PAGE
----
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Megeve - Hints and tips

 Poster: A snowHead
Poster: A snowHead
Hi!

I've searched the forum but have struggled to find much info on Megeve.

Was hoping for some hints and tips, be it places I HAVE to eat at or areas I absolutely must SKI (to include driving to close areas etc).

Plus anything else that would be useful. Newspaper reports etc just don't cut it as they largely publicise the places they get to eat at for free and rarely do anything very in depth.

Hoping someone has some insider info...?!
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 Obviously A snowHead isn't a real person
Obviously A snowHead isn't a real person
Take plenty of money.
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 Well, the person's real but it's just a made up name, see?
Well, the person's real but it's just a made up name, see?
@Legend., try the smaller Julliet ski area, its actually quite good & its included in your pass.
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Take an umbrella and a fur coat if you want to fit in with the locals - oh and as @rjs, says - take plenty of money.
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 Anyway, snowHeads is much more fun if you do.
Anyway, snowHeads is much more fun if you do.
If you have an Evasion Ski Pass go up to Les Contamines whilst you are there as well.
And yes the restaurants in Megeve are £££
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It is a bit more expensive but there places selling paninis etc up on the slopes for a quick pit stop. The restaurants display prices so check before going in. As Jonny996 says Julliet is good for a day's skiing and quieter than Mount Arbois. There are a couple of Creperies in town that are a bit cheaper.
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 Then you can post your own questions or snow reports...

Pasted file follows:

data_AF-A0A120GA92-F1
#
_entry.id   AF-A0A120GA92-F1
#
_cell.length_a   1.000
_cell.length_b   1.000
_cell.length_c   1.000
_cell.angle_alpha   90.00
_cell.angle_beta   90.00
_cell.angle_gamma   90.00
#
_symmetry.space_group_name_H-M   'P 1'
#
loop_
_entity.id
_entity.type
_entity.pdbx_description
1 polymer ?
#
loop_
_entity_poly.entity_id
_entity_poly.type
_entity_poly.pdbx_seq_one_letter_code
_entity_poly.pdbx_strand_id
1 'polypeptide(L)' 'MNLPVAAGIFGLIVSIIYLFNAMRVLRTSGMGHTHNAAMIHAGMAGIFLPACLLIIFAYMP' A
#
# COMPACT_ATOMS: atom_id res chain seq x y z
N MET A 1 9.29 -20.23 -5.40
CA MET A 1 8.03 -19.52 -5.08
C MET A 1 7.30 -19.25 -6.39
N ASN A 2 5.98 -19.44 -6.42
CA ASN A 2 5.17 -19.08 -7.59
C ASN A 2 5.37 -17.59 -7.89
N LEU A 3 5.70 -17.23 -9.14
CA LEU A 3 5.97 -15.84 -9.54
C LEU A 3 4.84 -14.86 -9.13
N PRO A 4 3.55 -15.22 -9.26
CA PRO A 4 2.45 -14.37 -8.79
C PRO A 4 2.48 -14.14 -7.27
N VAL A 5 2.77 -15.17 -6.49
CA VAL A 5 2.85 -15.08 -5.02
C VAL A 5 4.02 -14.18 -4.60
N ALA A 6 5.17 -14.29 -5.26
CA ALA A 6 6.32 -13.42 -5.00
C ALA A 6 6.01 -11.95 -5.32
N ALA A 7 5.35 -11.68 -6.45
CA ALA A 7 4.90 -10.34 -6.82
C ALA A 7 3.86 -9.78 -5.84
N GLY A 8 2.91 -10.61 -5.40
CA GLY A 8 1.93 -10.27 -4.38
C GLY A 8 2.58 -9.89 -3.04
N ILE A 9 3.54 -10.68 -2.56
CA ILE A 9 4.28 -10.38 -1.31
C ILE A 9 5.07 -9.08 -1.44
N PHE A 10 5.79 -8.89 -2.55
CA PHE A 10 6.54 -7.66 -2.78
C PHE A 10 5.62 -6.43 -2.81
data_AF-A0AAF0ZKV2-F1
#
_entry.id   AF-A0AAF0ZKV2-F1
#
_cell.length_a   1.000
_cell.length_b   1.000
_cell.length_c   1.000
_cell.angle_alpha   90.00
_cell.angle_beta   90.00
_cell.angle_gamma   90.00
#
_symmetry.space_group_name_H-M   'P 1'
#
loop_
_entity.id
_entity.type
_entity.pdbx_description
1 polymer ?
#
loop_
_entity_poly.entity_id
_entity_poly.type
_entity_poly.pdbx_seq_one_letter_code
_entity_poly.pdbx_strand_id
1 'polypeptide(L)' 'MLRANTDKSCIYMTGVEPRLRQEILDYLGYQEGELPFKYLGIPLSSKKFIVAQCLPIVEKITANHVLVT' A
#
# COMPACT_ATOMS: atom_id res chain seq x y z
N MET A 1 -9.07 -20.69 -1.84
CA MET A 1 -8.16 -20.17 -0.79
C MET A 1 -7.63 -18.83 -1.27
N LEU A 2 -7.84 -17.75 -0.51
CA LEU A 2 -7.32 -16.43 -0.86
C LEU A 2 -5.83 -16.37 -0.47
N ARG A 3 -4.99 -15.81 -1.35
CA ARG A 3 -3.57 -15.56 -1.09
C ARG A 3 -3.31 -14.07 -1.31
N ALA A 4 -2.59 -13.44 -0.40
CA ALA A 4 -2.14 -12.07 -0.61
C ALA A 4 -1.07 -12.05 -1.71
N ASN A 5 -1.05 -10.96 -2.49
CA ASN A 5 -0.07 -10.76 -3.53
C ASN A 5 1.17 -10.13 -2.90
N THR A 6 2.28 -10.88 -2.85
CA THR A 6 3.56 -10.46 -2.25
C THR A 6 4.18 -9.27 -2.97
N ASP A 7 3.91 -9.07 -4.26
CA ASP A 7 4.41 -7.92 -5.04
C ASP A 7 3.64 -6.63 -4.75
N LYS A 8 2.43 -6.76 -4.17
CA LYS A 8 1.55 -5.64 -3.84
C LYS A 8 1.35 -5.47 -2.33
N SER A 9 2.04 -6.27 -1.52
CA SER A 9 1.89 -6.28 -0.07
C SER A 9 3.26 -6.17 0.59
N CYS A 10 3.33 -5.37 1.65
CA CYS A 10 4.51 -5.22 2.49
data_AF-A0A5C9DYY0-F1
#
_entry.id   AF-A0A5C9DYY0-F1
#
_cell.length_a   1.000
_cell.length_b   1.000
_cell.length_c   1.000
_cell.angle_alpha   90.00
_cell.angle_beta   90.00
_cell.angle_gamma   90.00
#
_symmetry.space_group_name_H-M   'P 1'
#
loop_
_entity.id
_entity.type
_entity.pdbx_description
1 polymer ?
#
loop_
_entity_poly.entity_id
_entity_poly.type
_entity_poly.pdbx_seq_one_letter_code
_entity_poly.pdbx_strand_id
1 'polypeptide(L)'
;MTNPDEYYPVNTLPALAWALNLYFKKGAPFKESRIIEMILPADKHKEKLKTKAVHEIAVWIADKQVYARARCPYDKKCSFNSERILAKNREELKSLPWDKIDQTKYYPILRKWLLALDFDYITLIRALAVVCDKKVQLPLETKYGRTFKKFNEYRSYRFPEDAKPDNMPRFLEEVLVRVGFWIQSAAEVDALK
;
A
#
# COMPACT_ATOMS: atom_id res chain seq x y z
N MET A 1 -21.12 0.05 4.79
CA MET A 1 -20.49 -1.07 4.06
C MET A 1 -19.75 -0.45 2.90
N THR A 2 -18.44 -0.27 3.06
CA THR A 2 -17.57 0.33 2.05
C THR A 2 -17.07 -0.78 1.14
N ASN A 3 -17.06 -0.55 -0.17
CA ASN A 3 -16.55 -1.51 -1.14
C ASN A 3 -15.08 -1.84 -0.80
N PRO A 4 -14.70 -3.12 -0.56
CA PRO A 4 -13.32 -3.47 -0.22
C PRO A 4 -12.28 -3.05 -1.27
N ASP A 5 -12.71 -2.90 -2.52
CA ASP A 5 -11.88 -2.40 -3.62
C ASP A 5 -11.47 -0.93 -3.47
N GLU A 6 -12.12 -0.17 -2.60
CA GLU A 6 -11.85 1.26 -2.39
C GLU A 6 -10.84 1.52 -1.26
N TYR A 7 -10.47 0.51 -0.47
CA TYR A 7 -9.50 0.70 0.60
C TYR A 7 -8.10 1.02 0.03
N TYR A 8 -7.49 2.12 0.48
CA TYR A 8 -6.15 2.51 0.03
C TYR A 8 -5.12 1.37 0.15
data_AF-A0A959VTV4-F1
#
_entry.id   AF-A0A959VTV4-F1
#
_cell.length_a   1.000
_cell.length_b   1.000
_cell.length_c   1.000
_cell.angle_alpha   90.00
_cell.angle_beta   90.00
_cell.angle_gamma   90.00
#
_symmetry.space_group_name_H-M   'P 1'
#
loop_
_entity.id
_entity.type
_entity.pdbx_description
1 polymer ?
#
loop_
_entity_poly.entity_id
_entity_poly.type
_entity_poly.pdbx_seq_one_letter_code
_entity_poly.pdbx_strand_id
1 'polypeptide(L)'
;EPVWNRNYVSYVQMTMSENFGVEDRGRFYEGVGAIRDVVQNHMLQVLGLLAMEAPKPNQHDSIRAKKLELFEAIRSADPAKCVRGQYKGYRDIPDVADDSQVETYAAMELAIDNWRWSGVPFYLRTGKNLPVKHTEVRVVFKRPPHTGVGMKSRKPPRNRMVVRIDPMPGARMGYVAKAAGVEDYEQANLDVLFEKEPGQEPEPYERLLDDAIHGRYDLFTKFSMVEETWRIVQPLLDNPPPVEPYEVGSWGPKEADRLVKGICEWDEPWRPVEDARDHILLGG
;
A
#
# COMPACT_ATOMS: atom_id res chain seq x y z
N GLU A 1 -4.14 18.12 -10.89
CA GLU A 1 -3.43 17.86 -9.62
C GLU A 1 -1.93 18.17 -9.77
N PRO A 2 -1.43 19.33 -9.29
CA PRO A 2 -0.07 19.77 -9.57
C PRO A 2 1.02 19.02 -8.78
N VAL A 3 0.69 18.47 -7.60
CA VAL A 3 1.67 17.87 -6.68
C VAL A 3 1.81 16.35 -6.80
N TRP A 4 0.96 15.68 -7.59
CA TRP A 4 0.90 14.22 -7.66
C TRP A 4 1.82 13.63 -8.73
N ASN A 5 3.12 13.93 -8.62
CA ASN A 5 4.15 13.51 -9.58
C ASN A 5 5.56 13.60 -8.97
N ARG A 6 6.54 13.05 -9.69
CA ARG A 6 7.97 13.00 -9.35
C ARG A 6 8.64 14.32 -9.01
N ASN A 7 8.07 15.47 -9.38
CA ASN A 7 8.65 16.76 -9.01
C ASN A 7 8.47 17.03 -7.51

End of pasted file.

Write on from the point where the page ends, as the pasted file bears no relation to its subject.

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A few miles up the road - Praz sur Arly. Have a day skiing there. Go up the Cret du Midi chair - massive free car park at the bottom Two nice, and not stupidly Megeve-expensive restaurants - for cosy mountain charm Le Petit Tetras (on the right as you get towards the top of the lift). Lovely little place - get there early for lunch as there are not many seats. The other place - the Serrason - is bigger, has terrace (and indoor tables too) with spectacular views and particularly tempting desserts. Plenty of good skiing up there - including the top of the Ban Rouge and, a little further afield, the top of the Notre Dame de Bellecombe skiing, via the short Trois Coins drag lift.
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 After all it is free Go on u know u want to!
After all it is free Go on u know u want to!
Awesome, thanks for the info!

Zermatt is my favourite place in the world for skiing so I'm assuming the prices won't feel too unfamiliar!


Final question, restaurants up the mountain, are there some nice ones accessible by foot/gondolas? We have a very keen but slow learning skier with us (3 months old) so he's not going to be too great on difficult pistes and advises he prefers gondolas and non strenuous walking. Can obviosuly find out the lie of the land when we get there but any early info will help point us in the right direction!

Thanks snowHead
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Skiing wise my recommendation would be to explore each of the three main sectors on your first three days i.e. Rochebrune, Mt D'Arbois and Jaillet. Each has a different feel and depending on what type/level of skier you are, you may prefer to focus the rest of your time in one place. As an intermediate, I find splitting my time equally between the three gives me most satisfaction. (If you've got enough energy, you can cover your favourite bits of Rochebrune and Mt D'Arbois in a day).